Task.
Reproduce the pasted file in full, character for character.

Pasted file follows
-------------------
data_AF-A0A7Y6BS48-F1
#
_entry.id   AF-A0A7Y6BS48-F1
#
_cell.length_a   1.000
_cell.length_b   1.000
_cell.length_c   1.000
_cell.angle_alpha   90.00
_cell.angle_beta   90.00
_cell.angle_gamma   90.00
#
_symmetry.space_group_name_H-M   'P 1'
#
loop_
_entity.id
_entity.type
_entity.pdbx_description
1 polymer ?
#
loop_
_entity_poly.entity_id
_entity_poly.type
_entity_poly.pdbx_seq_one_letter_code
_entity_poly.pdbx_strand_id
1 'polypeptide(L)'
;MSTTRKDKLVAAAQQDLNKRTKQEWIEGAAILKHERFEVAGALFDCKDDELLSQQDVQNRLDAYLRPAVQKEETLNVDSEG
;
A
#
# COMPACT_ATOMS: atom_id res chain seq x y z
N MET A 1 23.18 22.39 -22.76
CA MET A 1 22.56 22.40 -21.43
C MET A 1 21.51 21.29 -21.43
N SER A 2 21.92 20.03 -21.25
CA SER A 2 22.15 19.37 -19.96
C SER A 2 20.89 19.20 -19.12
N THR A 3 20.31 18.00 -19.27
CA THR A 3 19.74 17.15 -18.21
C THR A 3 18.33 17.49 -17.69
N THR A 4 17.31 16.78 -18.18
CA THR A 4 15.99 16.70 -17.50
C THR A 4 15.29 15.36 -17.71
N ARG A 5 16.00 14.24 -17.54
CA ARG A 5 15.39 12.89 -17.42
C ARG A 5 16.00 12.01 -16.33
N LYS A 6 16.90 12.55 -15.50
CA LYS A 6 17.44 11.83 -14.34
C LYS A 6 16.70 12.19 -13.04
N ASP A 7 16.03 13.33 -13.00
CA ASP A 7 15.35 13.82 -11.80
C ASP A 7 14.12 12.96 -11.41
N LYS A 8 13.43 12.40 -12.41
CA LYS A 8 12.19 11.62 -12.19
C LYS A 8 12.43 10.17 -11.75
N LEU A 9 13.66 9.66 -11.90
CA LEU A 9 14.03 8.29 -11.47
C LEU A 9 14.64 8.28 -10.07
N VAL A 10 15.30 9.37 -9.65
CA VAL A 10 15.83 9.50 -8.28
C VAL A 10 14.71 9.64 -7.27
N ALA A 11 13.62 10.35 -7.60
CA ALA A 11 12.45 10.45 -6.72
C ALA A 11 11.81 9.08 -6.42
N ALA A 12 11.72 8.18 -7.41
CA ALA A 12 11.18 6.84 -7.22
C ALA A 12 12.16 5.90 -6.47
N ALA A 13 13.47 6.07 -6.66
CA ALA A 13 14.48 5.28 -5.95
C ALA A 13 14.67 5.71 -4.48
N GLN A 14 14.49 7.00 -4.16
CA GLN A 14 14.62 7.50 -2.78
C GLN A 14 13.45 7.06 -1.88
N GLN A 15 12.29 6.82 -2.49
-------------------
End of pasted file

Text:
data_AF-A0A7Y6BS48-F1
#
_entry.id   AF-A0A7Y6BS48-F1
#
_cell.length_a   1.000
_cell.length_b   1.000
_cell.length_c   1.000
_cell.angle_alpha   90.00
_cell.angle_beta   90.00
_cell.angle_gamma   90.00
#
_symmetry.space_group_name_H-M   'P 1'
#
loop_
_entity.id
_entity.type
_entity.pdbx_description
1 polymer ?
#
loop_
_entity_poly.entity_id
_entity_poly.type
_entity_poly.pdbx_seq_one_letter_code
_entity_poly.pdbx_strand_id
1 'polypeptide(L)'
;MSTTRKDKLVAAAQQDLNKRTKQEWIEGAAILKHERFEVAGALFDCKDDELLSQQDVQNRLDAYLRPAVQKEETLNVDSEG
;
A
#
# COMPACT_ATOMS: atom_id res chain seq x y z
N MET A 1 23.18 22.39 -22.76
CA MET A 1 22.56 22.40 -21.43
C MET A 1 21.51 21.29 -21.43
N SER A 2 21.92 20.03 -21.25
CA SER A 2 22.15 19.37 -19.96
C SER A 2 20.89 19.20 -19.12
N THR A 3 20.31 18.00 -19.27
CA THR A 3 19.74 17.15 -18.21
C THR A 3 18.33 17.49 -17.69
N THR A 4 17.31 16.78 -18.18
CA THR A 4 15.99 16.70 -17.50
C THR A 4 15.29 15.36 -17.71
N ARG A 5 16.00 14.24 -17.54
CA ARG A 5 15.39 12.89 -17.42
C ARG A 5 16.00 12.01 -16.33
N LYS A 6 16.90 12.55 -15.50
CA LYS A 6 17.44 11.83 -14.34
C LYS A 6 16.70 12.19 -13.04
N ASP A 7 16.03 13.33 -13.00
CA ASP A 7 15.35 13.82 -11.80
C ASP A 7 14.12 12.96 -11.41
N LYS A 8 13.43 12.40 -12.41
CA LYS A 8 12.19 11.62 -12.19
C LYS A 8 12.43 10.17 -11.75
N LEU A 9 13.66 9.66 -11.90
CA LEU A 9 14.03 8.29 -11.47
C LEU A 9 14.64 8.28 -10.07
N VAL A 10 15.30 9.37 -9.65
CA VAL A 10 15.83 9.50 -8.28
C VAL A 10 14.71 9.64 -7.27
N ALA A 11 13.62 10.35 -7.60
CA ALA A 11 12.45 10.45 -6.72
C ALA A 11 11.81 9.08 -6.42
N ALA A 12 11.72 8.18 -7.41
CA ALA A 12 11.18 6.84 -7.22
C ALA A 12 12.16 5.90 -6.47
N ALA A 13 13.47 6.07 -6.66
CA ALA A 13 14.48 5.28 -5.95
C ALA A 13 14.67 5.71 -4.48
N GLN A 14 14.49 7.00 -4.16
CA GLN A 14 14.62 7.50 -2.78
C GLN A 14 13.45 7.06 -1.88
N GLN A 15 12.29 6.82 -2.49